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At 9:09 p.m. officers noticed that it was hard to tell if Lohouse was breathing, two minutes later they started to perform CPR on him until first responders arrived. Approximately seven minutes later two fire fighters made it to the scene and continued to give compressions and ventilation to the patient, they also started up their defibrillator. At 9:24 p.m. two primary care paramedics arrived on scene and took over resuscitation efforts until 9:38 p.m. when they were advised by an ER doctor to stop. At no point did the paramedics and fire fighters notice a sign of life during their procedures, nor was their AED able to detect a rhythm in Lohouse’s heart to activate a shock. The toxicology reports and pathologist found that Lohouse was an experienced drinker. While Lohouse didn’t appear to be intoxicated, he had high readings, said pathologist Dr. Charles Lee. An alcohol level of four times the legal drinking limit was found in his bloodstream, yet because his body adapted to the effects of alcohol he was able to mask the impairment. A mix of various prescription drugs that were not prescribed to him and THC (found in marijuana) were also detected in his body. “The amount of drugs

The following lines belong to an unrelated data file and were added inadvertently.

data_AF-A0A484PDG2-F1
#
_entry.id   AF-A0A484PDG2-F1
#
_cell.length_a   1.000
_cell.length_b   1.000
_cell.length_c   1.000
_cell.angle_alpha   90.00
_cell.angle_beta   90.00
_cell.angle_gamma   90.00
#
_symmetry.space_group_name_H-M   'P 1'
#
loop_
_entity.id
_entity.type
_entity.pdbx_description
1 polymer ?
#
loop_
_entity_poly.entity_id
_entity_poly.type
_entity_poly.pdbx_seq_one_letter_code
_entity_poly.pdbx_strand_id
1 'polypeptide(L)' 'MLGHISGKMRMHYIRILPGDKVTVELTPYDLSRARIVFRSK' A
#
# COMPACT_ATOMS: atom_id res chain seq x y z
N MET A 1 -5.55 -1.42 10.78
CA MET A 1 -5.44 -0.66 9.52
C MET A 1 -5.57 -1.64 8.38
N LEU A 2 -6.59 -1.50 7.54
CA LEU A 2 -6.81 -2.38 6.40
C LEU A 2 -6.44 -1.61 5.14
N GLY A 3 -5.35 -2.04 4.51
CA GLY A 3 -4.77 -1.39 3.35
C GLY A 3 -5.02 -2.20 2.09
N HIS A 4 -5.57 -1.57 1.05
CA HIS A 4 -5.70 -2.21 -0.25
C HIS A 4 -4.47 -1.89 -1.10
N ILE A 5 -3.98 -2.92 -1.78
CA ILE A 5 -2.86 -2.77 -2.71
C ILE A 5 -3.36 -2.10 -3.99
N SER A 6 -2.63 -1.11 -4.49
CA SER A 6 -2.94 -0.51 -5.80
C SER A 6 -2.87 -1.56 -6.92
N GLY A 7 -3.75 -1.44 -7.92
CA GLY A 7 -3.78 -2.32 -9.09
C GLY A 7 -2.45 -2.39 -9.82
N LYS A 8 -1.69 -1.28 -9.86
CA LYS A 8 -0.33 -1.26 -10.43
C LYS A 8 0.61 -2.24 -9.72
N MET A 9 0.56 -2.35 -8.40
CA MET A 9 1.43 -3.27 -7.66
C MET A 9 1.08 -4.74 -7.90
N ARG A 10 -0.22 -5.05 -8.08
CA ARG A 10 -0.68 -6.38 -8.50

in his body is potentially fatal,” said Lee. Lohouse also suffered from severe focal coronary artery atherosclerosis. The combination of alcohol, drugs and his heart issues proved to be lethal. “Figuring out which was more likely to have killed him is problematic,” said Lee. However, coroner Merrill Flewelling said the cause of Lohouse’s death weighed more on respiratory collapse from high blood/alcohol levels and prescribed drugs, which depressed Lohouse’s urge to fight for air, especially while asleep.
Three months after Lohouse’s death Flewelling was asked to provide medical training to the RCMP department on acute alcohol intoxication, and what to watch for that might trigger an ambulance call or further help. He held four training sessions where all personnel attended. Following the inquest Sgt. Peter Thiessen from the BC RCMP Communications Services in the Lower Mainland said the recommendations by the jury would be reviewed and considered by the criminal office branch.